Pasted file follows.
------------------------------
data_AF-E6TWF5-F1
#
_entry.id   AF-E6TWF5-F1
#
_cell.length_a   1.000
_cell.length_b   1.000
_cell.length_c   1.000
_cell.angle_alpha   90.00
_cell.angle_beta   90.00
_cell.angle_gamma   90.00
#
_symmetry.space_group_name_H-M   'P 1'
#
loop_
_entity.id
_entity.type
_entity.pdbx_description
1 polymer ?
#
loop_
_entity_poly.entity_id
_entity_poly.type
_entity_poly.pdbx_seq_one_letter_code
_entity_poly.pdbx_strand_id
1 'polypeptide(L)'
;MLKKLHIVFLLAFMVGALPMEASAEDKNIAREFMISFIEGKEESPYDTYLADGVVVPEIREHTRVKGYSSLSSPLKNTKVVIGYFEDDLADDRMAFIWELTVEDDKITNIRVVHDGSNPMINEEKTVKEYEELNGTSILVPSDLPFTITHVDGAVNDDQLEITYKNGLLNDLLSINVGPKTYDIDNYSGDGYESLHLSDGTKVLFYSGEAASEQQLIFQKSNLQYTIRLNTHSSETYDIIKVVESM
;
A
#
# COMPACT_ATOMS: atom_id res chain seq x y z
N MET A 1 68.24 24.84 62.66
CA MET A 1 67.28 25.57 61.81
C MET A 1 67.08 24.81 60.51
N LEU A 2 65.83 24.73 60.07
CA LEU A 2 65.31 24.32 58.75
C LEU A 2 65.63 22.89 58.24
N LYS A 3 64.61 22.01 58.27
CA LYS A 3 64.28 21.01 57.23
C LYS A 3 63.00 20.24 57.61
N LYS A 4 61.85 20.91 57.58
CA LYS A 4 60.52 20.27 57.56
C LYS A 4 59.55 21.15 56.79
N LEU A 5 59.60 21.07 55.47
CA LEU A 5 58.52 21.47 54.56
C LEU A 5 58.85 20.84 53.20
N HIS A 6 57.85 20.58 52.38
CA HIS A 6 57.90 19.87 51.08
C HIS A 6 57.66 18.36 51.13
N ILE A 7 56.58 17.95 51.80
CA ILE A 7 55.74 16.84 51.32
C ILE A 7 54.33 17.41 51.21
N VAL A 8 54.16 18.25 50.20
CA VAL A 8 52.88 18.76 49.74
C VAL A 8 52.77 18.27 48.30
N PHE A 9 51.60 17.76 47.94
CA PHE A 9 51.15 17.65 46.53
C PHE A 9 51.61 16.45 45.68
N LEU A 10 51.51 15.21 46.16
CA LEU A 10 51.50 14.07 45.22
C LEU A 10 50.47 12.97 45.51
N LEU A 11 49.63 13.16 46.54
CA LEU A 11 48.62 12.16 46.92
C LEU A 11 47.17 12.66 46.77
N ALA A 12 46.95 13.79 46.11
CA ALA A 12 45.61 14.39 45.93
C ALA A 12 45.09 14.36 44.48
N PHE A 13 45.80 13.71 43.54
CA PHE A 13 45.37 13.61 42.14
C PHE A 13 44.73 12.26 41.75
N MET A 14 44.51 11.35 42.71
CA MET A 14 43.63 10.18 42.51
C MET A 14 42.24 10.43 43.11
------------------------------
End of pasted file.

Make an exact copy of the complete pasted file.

data_AF-E6TWF5-F1
#
_entry.id   AF-E6TWF5-F1
#
_cell.length_a   1.000
_cell.length_b   1.000
_cell.length_c   1.000
_cell.angle_alpha   90.00
_cell.angle_beta   90.00
_cell.angle_gamma   90.00
#
_symmetry.space_group_name_H-M   'P 1'
#
loop_
_entity.id
_entity.type
_entity.pdbx_description
1 polymer ?
#
loop_
_entity_poly.entity_id
_entity_poly.type
_entity_poly.pdbx_seq_one_letter_code
_entity_poly.pdbx_strand_id
1 'polypeptide(L)'
;MLKKLHIVFLLAFMVGALPMEASAEDKNIAREFMISFIEGKEESPYDTYLADGVVVPEIREHTRVKGYSSLSSPLKNTKVVIGYFEDDLADDRMAFIWELTVEDDKITNIRVVHDGSNPMINEEKTVKEYEELNGTSILVPSDLPFTITHVDGAVNDDQLEITYKNGLLNDLLSINVGPKTYDIDNYSGDGYESLHLSDGTKVLFYSGEAASEQQLIFQKSNLQYTIRLNTHSSETYDIIKVVESM
;
A
#
# COMPACT_ATOMS: atom_id res chain seq x y z
N MET A 1 68.24 24.84 62.66
CA MET A 1 67.28 25.57 61.81
C MET A 1 67.08 24.81 60.51
N LEU A 2 65.83 24.73 60.07
CA LEU A 2 65.31 24.32 58.75
C LEU A 2 65.63 22.89 58.24
N LYS A 3 64.61 22.01 58.27
CA LYS A 3 64.28 21.01 57.23
C LYS A 3 63.00 20.24 57.61
N LYS A 4 61.85 20.91 57.58
CA LYS A 4 60.52 20.27 57.56
C LYS A 4 59.55 21.15 56.79
N LEU A 5 59.60 21.07 55.47
CA LEU A 5 58.52 21.47 54.56
C LEU A 5 58.85 20.84 53.20
N HIS A 6 57.85 20.58 52.38
CA HIS A 6 57.90 19.87 51.08
C HIS A 6 57.66 18.36 51.13
N ILE A 7 56.58 17.95 51.80
CA ILE A 7 55.74 16.84 51.32
C ILE A 7 54.33 17.41 51.21
N VAL A 8 54.16 18.25 50.20
CA VAL A 8 52.88 18.76 49.74
C VAL A 8 52.77 18.27 48.30
N PHE A 9 51.60 17.76 47.94
CA PHE A 9 51.15 17.65 46.53
C PHE A 9 51.61 16.45 45.68
N LEU A 10 51.51 15.21 46.16
CA LEU A 10 51.50 14.07 45.22
C LEU A 10 50.47 12.97 45.51
N LEU A 11 49.63 13.16 46.54
CA LEU A 11 48.62 12.16 46.92
C LEU A 11 47.17 12.66 46.77
N ALA A 12 46.95 13.79 46.11
CA ALA A 12 45.61 14.39 45.93
C ALA A 12 45.09 14.36 44.48
N PHE A 13 45.80 13.71 43.54
CA PHE A 13 45.37 13.61 42.14
C PHE A 13 44.73 12.26 41.75
N MET A 14 44.51 11.35 42.71
CA MET A 14 43.63 10.18 42.51
C MET A 14 42.24 10.43 43.11